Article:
Referring again to FIG. 5, the signal P2PBE[0]* is driven by a tristate buffer 520, whose input is connected to the output of an OR gate 522. The enable input of the tristate buffer 520 is connected to the inverted state of a signal PBE0-- EN provided by an OR gate 524. The first input of the OR gate 522 receives a signal PBE0-- DLY2, and its second input is connected to the output of an exclusive OR gate 526. The first input of the exclusive OR gate 526 receives the signal TW-- PRES-- REG, which indicates whether the multiplexor system is in the two primary processor configuration. The other input of the exclusive OR gate 526 is connected to the output of an OR gate 528. The inputs of the OR gate 528 receive signals RESET-- TIME, CLK-- 1-- AFT-- STRT, and CLK-- 2-- AFT-- STRT. The inputs of the OR gate 524 receive signals RESET-- TIME, CLK-- 1-- AFT-- STRT, CLK-- 2-- AFT-- STRT, and PBE0-- DLY2.

Thus, before the state machine HSBST reaches state RELEASE-- APIC-- SM, the output of the OR gate 528 is driven low. However, once the state machine HSBST has transitioned to state RELEASE-- APIC-- SM, the output of the OR gate 528 is driven high. If the two primary processor configuration is used and the signal TW-- PRES-- REG is asserted, the exclusive OR gate 526 outputs a zero. However, if the P54C/CM dual processor mode is used, the exclusive OR gate 526 outputs a high. At the same time that the output of the OR gate 528 is negated low when the state machine HSBST reaches state RELEASE-- APIC-- SM, the output of the OR gate 524 is also negated low to enable the tristate buffer 520. Thus, in the P54C/CM dual processor configuration, the signal P2PBE[0], is driven high, while in the two primary processor configuration, the signal P2PBE[0]* is driven low. Driving the signal P2PBE[0], high to the P54CM processor forces the local APIC ID of the P54CM to be 0b0000. As explained earlier, this is normally the local APIC ID assigned to the P54C processor. However, as the P54C processor is determined to be non-operational, the local APIC-- ID of the P54CM is reassigned so that it can properly start up the computer system. Driving the signal P2PBE[0]* low to a P54C processor in the two primary processor configuration also causes the local APIC ID of CPU2 201A to be reassigned to the value 0b0000. It is noted that for the two primary processor mode without local APICs, there is no APIC ID to reassign. CPU2 is simply awakened to handle the power up of the computer system.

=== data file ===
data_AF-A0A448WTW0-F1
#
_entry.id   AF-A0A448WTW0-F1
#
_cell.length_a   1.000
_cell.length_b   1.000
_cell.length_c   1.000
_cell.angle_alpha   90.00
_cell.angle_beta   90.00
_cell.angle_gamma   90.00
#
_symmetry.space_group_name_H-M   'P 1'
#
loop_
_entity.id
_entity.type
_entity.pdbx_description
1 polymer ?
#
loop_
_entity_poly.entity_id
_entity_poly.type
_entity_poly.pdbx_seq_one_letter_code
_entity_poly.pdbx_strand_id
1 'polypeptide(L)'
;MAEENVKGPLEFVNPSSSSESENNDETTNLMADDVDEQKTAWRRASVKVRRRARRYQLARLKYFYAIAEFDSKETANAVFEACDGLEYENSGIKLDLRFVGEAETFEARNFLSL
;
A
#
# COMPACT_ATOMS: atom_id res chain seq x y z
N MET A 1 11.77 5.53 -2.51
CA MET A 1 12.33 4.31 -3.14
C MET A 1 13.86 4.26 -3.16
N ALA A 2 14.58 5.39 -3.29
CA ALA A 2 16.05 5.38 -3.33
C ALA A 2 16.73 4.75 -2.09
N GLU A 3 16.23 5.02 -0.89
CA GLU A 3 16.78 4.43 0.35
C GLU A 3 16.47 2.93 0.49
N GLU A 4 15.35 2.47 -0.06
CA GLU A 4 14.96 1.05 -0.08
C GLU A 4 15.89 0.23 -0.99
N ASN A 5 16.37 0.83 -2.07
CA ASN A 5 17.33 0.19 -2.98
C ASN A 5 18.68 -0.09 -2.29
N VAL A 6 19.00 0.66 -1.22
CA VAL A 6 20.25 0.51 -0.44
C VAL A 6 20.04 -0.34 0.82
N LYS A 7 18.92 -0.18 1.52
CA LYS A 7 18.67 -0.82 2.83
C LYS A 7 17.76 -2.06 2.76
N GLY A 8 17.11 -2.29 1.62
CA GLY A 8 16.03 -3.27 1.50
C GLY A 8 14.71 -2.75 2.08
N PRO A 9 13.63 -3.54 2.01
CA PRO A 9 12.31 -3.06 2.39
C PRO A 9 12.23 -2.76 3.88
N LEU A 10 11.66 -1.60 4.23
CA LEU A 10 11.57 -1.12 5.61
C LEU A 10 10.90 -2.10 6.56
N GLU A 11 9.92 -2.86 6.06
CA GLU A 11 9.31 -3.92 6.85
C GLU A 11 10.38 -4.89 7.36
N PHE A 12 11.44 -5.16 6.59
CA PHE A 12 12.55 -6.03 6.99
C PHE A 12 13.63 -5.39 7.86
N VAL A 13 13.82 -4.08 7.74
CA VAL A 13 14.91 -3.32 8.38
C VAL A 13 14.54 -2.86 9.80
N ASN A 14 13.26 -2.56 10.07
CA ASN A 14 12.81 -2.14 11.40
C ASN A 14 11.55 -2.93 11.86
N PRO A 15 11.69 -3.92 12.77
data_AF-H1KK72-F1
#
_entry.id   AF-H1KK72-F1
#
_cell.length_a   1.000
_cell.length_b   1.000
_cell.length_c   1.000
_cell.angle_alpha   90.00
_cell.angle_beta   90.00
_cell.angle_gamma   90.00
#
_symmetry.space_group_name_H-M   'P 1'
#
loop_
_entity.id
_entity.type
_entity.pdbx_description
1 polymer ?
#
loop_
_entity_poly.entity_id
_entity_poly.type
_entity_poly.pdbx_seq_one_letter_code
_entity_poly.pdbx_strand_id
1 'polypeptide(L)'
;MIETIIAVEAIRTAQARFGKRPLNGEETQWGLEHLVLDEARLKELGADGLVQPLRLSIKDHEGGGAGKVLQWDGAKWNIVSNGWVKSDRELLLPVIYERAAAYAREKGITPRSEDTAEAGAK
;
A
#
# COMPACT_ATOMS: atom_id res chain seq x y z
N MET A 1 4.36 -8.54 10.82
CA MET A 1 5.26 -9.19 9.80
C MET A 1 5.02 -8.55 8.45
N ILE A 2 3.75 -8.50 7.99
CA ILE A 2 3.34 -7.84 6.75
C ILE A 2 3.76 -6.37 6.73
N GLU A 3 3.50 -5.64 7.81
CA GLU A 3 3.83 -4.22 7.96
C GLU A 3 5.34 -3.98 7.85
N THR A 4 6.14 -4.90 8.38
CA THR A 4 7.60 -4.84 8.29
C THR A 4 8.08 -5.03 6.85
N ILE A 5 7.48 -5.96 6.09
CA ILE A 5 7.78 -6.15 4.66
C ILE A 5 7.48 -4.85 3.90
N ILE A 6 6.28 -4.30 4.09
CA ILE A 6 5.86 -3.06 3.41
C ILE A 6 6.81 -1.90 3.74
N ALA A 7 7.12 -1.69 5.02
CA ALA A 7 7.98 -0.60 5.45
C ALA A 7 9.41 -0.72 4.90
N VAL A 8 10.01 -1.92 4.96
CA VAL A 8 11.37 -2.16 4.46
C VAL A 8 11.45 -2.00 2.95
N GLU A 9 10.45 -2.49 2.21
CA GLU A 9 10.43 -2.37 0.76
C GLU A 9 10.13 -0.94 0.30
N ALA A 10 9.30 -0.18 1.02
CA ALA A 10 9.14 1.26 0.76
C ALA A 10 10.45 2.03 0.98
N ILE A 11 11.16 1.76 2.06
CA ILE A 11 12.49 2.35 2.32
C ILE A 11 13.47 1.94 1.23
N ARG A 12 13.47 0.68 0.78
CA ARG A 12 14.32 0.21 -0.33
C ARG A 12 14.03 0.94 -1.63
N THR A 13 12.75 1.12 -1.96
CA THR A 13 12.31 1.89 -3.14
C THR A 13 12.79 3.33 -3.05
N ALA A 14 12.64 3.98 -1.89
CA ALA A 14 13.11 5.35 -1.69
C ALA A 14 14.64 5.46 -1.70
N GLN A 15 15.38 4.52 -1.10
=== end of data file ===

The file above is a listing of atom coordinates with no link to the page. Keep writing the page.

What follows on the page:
The signal PBE0-- DLY2 is provided to the OR gates 522 and 524 to ensure that the signal P2PBE[0], is asserted high while the system reset signal PRESETIN is asserted high, and for two PCICLK clocks after negation of the signal PRESETIN. The signal PBE0-- DLY2 is provided by a D flip-flop 530, whose D input is connected to the output of a D flip-flop 532. The D input of the D flip-flop 532 is grounded low. Both D flip-flops 530 and 532 are clocked by the signal PCICLK, and both are reset to a high state by a signal TW-- RESET. The signal TW-- RESET is provided by an AND gate 534, whose inputs receive the signals S-- PRESETIN and TW-- PEAKS.

Returning now to FIG. 4, the state machine HSBST transitions from state RELEASE-- APIC-- SM to state CONT-- HSB when the signal S2-- PULSE-- TIMEOUT is asserted high, indicating that the counter 332 has counted down to 00006. The state machine HSBST remains in state CONT-- HSB for approximately 6 OSC clocks until the signal S2-- ONE-- MS-- PASSED is asserted high. When that occurs, the state machine HSBST transitions to state BOOT-- P54CM. In state BOOT-- P54CM, the state machine HSBST drives a signal STOP-- ONE-- MS-- TMR high. The signal STOP-- ONE-- MS-- TMR is provided to the input of a synchronizer circuit 333 (FIG. 3), which is clocked by the signal OSC and reset by the signal OSC-- PRESETIN. The output of the synchronizer circuit 333 provides the signal S2-- STOP-- ONE-- MS-- TMR, which is provided to the AND gate 336 for resetting the counter 332 to the initial value 037EE. The state machine HSBST stays in state BOOT-- P54CM until the computer system is reset, as indicated by the signal S-- PRESETIN, which restarts the state machine HSBST at state IDLE.

Returning now to FIG. 5, the signal BOOT-- P54CM, which indicates that the state machine HSBST is in state BOOT-- P54CM, is provided to one input of an AND gate 536. The other input of the AND gate 536 is connected to the inverted state of the signal TW-- PRES-- REG. The output of the AND gate 536 drives the signal STARTUP-- IPI. In the first embodiment of the P54C/CM dual processor configuration, the signal STARTUP-- IPI is asserted high when the state machine reaches the state BOOT P54CM. Assertion of the signal STARTUP-- IPI triggers the I/O APIC 244 to send a startup IPI message to CPU2 201.